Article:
In dentistry we have unwittingly benefited from stem cell repair.  Anytime we lay a surgical flap, replace an avulsed tooth, extract a tooth or do some deep root scaling, we are triggering stem cell repair.  We have been performing or attempting to perform regenerative bone procedures and tissue regenerative procedures - both of which are most likely successful due to native stem cell activity.  However, we have been oblivious to the presence of these stem cells and the "behind the scenes" benefit they have provided to our dental procedures.

While stem cell or regenerative therapy may seem far off, progress is being made.

A recent article in the Wall Street Journal discusses potential application of stem cell therapies in dentistry including the repair of pulpal tissue and regenerate new teeth.

2009 Successfully bioengineered and implanted a tooth.
U. of Michigan student studies the method for preserving stem cells from extracted wisdom teeth. click here

USC researchers studying American alligators ability to renew teeth. click here

Chinese researchers dental mesenchymal stem cells to regenerate a tooth root on scaffold. click here

Nova Southeastern University is actively working on stem cell research. click here

Reseachers at Toyko University report a fully functional, stem cell produced tooth implanted into a mouse (see image). click here

The endodontics is leading the way in "regenerative-type" therapy.  Recent research has identified important stem cells associated with the tooth. The SCAP cell (Stem Cell of the Apical Papilla), DPSC (Dental Pulp Stem Cell), SHED cell (Stem cell from Human Exfoliated Deciduous teeth) have been the topic of recent research studies. The SCAP cells appear to the be the stem cells responsible for the development of human dentin. The stem cells of the dental pulp, while being a somatic stem cell,  have been identified to have the capability to differentiate into multiple cell lines including hepatic cells.  Our understanding of stem cells is radically changing.  The chronic periapical lesions  that we routinely excised during periapical surgery have recently been shown to contain 400 times the concentration of stem cells found normally in the circulation.  Our understanding and appreciation of dental related stem cells and their regenerative ability is changing.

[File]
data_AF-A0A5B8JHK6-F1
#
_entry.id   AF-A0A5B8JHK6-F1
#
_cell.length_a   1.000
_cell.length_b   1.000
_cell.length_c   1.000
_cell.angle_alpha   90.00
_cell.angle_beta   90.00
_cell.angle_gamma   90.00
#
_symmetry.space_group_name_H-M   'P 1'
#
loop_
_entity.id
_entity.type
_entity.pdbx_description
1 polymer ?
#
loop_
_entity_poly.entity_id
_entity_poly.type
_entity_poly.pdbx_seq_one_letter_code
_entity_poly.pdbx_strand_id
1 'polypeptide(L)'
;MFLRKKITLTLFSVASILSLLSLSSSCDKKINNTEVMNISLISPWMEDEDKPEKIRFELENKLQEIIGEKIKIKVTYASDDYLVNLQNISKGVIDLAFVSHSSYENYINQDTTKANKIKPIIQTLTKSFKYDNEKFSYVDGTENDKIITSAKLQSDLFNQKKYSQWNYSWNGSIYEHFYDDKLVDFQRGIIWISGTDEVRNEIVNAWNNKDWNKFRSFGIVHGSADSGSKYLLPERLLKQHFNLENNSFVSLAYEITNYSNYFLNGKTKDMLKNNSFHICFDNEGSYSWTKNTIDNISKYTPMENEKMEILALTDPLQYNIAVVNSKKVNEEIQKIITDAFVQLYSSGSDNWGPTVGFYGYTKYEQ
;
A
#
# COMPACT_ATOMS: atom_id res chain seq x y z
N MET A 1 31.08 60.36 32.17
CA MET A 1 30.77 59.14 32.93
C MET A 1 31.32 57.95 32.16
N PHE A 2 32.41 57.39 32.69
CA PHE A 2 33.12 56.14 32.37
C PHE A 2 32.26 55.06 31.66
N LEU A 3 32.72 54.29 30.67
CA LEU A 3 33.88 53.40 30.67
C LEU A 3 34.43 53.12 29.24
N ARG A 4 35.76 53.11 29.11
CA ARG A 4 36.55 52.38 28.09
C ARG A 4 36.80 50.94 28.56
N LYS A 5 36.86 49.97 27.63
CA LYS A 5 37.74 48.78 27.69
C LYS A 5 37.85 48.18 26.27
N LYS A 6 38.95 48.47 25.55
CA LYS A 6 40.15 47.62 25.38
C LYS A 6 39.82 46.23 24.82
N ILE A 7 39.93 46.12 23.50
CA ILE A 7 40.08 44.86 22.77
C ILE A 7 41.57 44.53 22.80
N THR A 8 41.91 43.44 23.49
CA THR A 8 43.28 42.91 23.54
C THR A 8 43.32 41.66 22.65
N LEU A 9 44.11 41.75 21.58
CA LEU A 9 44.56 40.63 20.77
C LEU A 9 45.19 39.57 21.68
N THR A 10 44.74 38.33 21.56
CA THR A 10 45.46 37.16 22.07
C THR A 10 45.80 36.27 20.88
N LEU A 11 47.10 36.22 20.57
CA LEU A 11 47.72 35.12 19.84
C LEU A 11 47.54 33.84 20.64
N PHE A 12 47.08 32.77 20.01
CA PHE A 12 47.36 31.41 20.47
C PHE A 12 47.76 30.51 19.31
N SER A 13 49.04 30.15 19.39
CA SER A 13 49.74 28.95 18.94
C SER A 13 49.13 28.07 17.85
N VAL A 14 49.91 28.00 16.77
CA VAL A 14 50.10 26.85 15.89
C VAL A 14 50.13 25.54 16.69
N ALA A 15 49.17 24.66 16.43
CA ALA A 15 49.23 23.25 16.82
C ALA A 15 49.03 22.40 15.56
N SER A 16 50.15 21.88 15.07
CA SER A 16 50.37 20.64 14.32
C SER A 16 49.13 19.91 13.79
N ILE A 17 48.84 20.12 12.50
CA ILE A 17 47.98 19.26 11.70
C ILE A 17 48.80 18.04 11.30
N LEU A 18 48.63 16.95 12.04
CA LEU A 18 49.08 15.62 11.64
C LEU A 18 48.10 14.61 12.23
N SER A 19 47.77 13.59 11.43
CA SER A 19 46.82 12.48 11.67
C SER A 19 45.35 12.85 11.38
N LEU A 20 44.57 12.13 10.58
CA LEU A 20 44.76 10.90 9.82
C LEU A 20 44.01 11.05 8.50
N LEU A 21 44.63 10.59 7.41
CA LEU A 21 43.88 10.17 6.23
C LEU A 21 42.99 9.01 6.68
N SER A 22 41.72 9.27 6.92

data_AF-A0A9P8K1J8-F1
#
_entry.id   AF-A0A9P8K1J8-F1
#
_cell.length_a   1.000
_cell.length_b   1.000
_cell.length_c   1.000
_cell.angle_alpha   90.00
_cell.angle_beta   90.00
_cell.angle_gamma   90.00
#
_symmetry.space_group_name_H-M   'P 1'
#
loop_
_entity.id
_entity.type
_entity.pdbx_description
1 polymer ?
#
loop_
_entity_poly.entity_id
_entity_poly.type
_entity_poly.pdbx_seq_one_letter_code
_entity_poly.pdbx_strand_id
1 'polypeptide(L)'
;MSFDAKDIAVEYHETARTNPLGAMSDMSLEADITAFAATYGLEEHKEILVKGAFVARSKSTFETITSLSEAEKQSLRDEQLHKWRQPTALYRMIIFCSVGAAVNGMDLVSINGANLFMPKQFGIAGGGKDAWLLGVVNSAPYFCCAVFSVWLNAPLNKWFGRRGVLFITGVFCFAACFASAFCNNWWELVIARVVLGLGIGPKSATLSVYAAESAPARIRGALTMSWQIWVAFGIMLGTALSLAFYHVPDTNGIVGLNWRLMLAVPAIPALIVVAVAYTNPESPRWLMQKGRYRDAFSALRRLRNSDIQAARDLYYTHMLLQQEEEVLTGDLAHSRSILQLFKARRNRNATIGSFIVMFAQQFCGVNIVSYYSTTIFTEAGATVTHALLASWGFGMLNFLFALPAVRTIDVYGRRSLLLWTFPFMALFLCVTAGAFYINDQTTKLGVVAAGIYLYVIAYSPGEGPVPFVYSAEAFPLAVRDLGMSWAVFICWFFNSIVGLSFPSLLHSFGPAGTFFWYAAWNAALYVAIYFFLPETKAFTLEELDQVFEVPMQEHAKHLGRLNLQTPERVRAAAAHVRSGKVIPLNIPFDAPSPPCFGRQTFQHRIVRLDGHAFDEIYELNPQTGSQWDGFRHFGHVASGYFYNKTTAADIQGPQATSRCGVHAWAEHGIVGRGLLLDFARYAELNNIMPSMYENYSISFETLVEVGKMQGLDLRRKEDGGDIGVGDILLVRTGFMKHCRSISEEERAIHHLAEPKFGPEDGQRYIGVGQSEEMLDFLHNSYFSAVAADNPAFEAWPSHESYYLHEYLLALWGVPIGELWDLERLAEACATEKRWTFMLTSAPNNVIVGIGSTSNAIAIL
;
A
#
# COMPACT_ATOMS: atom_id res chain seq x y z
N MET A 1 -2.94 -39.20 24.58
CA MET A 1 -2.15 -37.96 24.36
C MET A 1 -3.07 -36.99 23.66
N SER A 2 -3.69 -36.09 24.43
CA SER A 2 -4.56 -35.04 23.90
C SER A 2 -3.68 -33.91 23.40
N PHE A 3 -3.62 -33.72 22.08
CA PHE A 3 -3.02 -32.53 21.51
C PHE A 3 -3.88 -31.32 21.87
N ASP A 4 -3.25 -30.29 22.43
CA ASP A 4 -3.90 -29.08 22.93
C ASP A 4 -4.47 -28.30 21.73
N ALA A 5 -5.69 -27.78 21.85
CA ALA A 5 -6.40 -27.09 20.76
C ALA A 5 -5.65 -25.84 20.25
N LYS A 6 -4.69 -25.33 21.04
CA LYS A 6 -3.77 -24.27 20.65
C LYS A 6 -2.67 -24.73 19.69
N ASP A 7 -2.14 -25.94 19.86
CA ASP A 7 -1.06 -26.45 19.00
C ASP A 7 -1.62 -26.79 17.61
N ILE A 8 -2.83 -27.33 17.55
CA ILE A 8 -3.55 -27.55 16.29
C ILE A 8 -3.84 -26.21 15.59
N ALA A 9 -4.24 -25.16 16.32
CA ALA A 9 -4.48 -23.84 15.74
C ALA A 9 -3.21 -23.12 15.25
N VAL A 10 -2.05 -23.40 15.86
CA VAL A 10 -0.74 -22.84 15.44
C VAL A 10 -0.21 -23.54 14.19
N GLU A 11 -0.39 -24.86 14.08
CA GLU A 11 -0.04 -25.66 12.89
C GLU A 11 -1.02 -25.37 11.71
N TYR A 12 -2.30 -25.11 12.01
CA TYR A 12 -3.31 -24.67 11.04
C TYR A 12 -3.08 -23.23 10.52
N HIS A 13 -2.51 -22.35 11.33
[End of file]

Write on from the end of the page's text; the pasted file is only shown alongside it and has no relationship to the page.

Current clinical application of pulpal regenerative therapy is being performed on immature teeth with pulpal necrosis. This new treatment protocol provides several benefits over traditional treatment regimen for immature roots (Ca(OH) apexification or MTA apexification.

For more information regarding the current status of endodontic regenerative therapy, please review the recent "Colleagues for Excellence" published by the American Association of Endodontists. 

Regenerative dentistry is the future of dentistry and endodontists are leading the way in this new concept of dentistry.  Replacement of tooth structure with non-biological materials (gutta percha, titanium, resin, amalgam, non-biologic grafting materials etc.) will someday be replaced with natural, biological materials.  

The doctors at Superstition Springs Endodontics are leaders in endodontic regenerative therapy.  They have been performing endodontic regenerative procedures since 2003.  Stay tuned to TheEndoBlog for future case reports of endodontic pulpal regenerative procedures.